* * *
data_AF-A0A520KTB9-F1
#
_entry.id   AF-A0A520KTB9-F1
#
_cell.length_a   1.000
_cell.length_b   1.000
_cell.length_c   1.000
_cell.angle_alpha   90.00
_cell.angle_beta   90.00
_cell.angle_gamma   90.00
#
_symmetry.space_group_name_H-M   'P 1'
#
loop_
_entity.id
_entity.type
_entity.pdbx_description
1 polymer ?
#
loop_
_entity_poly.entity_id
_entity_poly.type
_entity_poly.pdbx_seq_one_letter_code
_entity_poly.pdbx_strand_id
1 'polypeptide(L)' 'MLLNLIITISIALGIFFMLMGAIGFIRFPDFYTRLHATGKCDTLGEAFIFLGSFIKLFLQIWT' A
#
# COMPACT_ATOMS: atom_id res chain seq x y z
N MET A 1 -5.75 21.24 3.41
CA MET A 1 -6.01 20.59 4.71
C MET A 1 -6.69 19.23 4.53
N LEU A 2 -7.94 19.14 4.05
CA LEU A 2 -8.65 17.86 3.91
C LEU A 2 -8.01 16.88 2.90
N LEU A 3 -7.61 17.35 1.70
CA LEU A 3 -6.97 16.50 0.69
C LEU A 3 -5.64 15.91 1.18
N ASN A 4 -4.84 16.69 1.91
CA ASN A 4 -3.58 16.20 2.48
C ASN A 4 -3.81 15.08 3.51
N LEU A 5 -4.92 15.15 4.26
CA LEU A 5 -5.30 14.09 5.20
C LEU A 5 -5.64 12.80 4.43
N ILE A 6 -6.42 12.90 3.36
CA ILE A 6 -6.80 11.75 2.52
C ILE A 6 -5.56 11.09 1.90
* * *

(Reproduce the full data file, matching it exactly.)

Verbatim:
data_AF-A0A520KTB9-F1
#
_entry.id   AF-A0A520KTB9-F1
#
_cell.length_a   1.000
_cell.length_b   1.000
_cell.length_c   1.000
_cell.angle_alpha   90.00
_cell.angle_beta   90.00
_cell.angle_gamma   90.00
#
_symmetry.space_group_name_H-M   'P 1'
#
loop_
_entity.id
_entity.type
_entity.pdbx_description
1 polymer ?
#
loop_
_entity_poly.entity_id
_entity_poly.type
_entity_poly.pdbx_seq_one_letter_code
_entity_poly.pdbx_strand_id
1 'polypeptide(L)' 'MLLNLIITISIALGIFFMLMGAIGFIRFPDFYTRLHATGKCDTLGEAFIFLGSFIKLFLQIWT' A
#
# COMPACT_ATOMS: atom_id res chain seq x y z
N MET A 1 -5.75 21.24 3.41
CA MET A 1 -6.01 20.59 4.71
C MET A 1 -6.69 19.23 4.53
N LEU A 2 -7.94 19.14 4.05
CA LEU A 2 -8.65 17.86 3.91
C LEU A 2 -8.01 16.88 2.90
N LEU A 3 -7.61 17.35 1.70
CA LEU A 3 -6.97 16.50 0.69
C LEU A 3 -5.64 15.91 1.18
N ASN A 4 -4.84 16.69 1.91
CA ASN A 4 -3.58 16.20 2.48
C ASN A 4 -3.81 15.08 3.51
N LEU A 5 -4.92 15.15 4.26
CA LEU A 5 -5.30 14.09 5.20
C LEU A 5 -5.64 12.80 4.43
N ILE A 6 -6.42 12.90 3.36
CA ILE A 6 -6.80 11.75 2.52
C ILE A 6 -5.56 11.09 1.90